Students thrive by charting their own courses

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Students thrive by charting their own courses

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Five high school students admitted to Seoul National University from Daeyoung High School in Yeongju, North Gyeongsang - from left to right; Shin Seung-gyo, Oh Chan-yeong, Lee Yeong-hyeon, Koo Bon-jae and Kim Sang-hee - stand in their school laboratory. Students at Daeyoung High take a variety of accelerated courses in chemistry and other subjects. Of all regular North Gyeongsang schools, Daeyoung High has the highest number of students admitted to SNU. [GONG JEONG-SIK]

Nineteen-year-old Lee Yeong-hyeon, a student at Daeyoung High School in Yeongju, North Gyeongsang, enrolled in an independent studies course last year. A budding botanist, Lee chose to examine the cultivation of Venus flytraps. Lee procured three pots of Venus flytraps and observed them as they grew while adjusting the light, temperature and water. “I became more interested in classes after being able to see and experiment on Venus flytraps in person through the independent study course,” said Lee.

A classmate of Lee, Koo Bon-jae, 19, was next door for advanced physics with students from Youngju Girls High School, and Yeonggwang Girls High School. Daeyoung High is the only school to administer joint-education courses. Students can request a class for a joint-education course, provided a minimum of five students from three schools express interest.

Currently, there are 26 college level courses offered, such as international economics, applied mathematics and Anglo-American literature. “When calculating the speed of an object in textbooks, they don’t consider frictional resistance, however in this class, we calculate even the air resistance,” Lee said. “Discussing and finding a system of measurement with students from other schools without a teacher’s help will always remain in my mind.”

The small high school with a student-body of 335 students (110 in the 12th grade) is being carefully observed. Since 2012, Daeyoung High School has had three to five students admitted to Seoul National University (SNU) yearly.

Daeyoung High sent five students this year - Lee Yeong-han, Koo Bon-jae, Shin Seung-gyo, Oh Chan-yeong and Kim Sang-hee. There were more admitted to other prestigious schools such as two for Korea University, one for Sungkyunkwan University, three for Korean military academies and 15 for Kyungpook National University.

Comparing the number of students admitted to SNU from 119 regular high schools in North Gyeongsang, except for specialized language and science schools, Daeyoung High and Gyeongju High School are tied for first place. With Gyeongju High being over double the size of the student body of Daeyoung High’s 335, the smaller school really punches above its weight. After changing to an academic high school in 1987, Daeyoung High has had a total of 157 students admitted to SNU. What could be the secret behind this countryside school with university admissions that would make high schools in Gangnam District, southern Seoul, envious?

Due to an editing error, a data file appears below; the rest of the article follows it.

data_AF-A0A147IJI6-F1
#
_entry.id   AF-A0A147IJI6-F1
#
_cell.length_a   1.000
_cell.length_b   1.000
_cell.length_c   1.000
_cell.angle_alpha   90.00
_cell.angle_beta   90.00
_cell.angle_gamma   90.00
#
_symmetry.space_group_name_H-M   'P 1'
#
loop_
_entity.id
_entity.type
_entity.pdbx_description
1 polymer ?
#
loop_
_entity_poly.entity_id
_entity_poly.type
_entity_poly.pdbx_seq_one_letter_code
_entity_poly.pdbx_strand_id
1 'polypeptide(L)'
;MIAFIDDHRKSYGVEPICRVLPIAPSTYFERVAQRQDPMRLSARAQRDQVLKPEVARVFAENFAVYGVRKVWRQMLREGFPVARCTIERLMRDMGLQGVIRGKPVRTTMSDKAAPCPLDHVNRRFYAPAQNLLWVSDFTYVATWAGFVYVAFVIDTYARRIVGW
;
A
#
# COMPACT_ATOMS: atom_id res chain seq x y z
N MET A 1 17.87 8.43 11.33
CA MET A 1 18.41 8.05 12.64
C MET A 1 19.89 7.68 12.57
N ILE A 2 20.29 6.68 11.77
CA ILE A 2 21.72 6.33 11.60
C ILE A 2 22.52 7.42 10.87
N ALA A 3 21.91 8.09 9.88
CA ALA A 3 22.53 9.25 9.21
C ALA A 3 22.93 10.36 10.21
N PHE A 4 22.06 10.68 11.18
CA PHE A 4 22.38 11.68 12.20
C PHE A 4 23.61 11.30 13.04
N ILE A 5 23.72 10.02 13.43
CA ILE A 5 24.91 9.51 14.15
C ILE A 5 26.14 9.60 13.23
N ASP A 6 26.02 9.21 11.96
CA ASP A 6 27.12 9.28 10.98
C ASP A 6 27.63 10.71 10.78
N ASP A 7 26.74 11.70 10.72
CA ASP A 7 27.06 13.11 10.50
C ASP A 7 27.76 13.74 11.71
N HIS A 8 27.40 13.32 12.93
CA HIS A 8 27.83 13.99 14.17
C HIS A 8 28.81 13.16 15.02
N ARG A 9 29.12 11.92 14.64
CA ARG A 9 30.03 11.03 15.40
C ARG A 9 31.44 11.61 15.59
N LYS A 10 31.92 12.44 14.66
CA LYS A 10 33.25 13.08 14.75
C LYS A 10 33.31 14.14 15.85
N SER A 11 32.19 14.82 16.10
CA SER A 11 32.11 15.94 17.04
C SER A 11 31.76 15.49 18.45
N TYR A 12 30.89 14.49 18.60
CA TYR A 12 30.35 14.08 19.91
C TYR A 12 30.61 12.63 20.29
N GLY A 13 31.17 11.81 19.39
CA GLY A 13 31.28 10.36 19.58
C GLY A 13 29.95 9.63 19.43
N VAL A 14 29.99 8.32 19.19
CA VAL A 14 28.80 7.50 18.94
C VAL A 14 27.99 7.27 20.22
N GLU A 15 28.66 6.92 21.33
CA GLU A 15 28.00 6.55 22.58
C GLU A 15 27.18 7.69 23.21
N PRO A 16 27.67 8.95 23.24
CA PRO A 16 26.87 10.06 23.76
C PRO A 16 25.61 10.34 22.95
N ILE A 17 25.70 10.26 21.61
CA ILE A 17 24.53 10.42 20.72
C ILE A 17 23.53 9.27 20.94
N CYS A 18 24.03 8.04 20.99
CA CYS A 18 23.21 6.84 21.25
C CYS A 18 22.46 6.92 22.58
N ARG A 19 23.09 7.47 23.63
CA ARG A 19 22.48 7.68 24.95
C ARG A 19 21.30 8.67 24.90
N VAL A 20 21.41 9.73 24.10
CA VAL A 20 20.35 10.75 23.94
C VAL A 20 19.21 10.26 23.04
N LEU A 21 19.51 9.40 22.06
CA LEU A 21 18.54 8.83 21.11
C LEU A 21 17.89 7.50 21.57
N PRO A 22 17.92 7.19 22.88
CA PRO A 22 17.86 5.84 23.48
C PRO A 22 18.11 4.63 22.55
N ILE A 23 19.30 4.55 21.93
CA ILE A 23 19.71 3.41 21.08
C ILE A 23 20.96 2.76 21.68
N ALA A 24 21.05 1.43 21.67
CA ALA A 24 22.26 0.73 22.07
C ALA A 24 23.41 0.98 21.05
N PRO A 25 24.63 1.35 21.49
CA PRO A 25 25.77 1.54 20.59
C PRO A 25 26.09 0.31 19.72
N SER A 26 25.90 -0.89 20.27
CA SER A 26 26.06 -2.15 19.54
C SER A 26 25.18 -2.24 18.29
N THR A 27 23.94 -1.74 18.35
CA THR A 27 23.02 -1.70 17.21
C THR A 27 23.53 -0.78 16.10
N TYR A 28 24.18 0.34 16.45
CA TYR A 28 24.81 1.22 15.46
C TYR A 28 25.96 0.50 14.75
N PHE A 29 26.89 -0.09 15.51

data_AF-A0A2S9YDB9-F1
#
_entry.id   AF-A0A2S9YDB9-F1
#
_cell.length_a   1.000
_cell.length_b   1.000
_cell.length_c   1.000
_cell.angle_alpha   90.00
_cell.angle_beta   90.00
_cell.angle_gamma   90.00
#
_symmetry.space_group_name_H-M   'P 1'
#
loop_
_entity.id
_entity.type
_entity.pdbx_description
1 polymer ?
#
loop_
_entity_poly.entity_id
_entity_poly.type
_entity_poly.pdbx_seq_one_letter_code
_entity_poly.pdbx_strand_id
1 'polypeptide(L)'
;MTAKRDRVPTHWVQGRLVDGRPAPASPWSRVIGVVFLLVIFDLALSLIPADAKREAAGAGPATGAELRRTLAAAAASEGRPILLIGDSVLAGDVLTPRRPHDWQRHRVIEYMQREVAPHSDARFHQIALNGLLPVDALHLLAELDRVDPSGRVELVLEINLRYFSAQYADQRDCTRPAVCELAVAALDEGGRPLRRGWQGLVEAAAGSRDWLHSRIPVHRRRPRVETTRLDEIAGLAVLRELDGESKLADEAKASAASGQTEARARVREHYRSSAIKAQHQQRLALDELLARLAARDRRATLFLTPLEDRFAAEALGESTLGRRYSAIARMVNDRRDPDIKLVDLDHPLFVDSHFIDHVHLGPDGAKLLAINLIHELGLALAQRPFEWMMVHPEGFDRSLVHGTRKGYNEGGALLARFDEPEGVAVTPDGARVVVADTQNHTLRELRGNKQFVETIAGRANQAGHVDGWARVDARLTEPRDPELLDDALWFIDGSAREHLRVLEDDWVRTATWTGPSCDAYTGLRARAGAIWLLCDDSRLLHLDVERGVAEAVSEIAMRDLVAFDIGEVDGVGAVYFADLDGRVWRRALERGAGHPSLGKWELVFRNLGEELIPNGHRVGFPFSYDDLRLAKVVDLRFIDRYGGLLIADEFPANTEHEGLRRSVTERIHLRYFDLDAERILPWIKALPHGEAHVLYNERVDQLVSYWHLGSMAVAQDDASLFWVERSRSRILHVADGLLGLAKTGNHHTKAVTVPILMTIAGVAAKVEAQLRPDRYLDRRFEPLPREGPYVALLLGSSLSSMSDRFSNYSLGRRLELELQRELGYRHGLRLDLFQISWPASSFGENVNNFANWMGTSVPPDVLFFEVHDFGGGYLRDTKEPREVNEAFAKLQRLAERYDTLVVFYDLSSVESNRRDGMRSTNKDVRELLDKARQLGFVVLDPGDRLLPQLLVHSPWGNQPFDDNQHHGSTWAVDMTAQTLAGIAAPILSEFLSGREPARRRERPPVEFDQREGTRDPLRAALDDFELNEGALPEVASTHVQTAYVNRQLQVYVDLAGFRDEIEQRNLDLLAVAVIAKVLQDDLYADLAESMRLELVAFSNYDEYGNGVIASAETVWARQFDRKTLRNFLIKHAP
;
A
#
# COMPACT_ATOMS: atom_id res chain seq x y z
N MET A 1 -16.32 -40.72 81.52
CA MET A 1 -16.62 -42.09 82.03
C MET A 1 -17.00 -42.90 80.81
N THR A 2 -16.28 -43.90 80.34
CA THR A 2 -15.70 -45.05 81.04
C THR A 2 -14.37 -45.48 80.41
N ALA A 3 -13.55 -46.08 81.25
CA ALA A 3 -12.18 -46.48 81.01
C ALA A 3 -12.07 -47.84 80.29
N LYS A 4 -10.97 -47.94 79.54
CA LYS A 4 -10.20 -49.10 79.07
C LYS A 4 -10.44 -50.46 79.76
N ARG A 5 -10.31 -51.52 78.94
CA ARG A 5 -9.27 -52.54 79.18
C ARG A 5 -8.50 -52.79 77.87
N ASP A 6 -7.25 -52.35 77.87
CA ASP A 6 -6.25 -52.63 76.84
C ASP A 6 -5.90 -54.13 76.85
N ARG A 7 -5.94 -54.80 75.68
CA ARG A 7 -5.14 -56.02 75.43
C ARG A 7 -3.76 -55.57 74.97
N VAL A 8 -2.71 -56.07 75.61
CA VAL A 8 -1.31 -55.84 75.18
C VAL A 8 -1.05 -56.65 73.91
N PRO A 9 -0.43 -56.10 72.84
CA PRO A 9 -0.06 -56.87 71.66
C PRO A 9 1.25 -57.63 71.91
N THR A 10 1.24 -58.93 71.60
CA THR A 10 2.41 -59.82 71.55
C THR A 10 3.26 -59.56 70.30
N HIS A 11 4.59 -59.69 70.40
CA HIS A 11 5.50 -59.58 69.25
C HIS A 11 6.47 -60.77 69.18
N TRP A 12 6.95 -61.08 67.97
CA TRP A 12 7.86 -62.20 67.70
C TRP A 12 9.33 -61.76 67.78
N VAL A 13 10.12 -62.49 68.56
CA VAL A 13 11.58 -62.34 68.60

Owing to the Ministry of Education’s designation of Daeyoung High as a science-centered high school in 2010, classes focusing on experimental research were introduced and in 2015 offered an accelerated curriculum. The accelerated curriculum was six courses - advanced mathematics I and II, humanity’s future society, independent study, liberal arts & science and integrated science. Though these courses were formally decided by the Ministry of Education, other high schools generally do not select them due to the emphasis on college entrance exams.

“In order to apply the accelerated curriculum,” said Lee Ji-heum, principal of Daeyoung High, “[the school] has over 200 more hours of class time in a term compared to other high schools.

Classes in art, music, or physical education are paired with other academic offerings. For example, students in a Korean language class took a literature tour and in a science course, an astronomy camp was held. Of course, the courses all follow the guidelines of the Ministry of Education.

“[Daeyoung High] is an exemplary case where students think, reason and participate on their own volition in raising their academic ability,” said Kang Hyeon-suk, professor at the Department of Education at Kyungpook University, “Rather than the style of sending a minority elite of students to prestigious universities, focusing on just the admission rate, the Daeyoung High model is far more appropriate.”

BY KIM JUNG-SEOK [hwang.hosub@joongang.co.kr]

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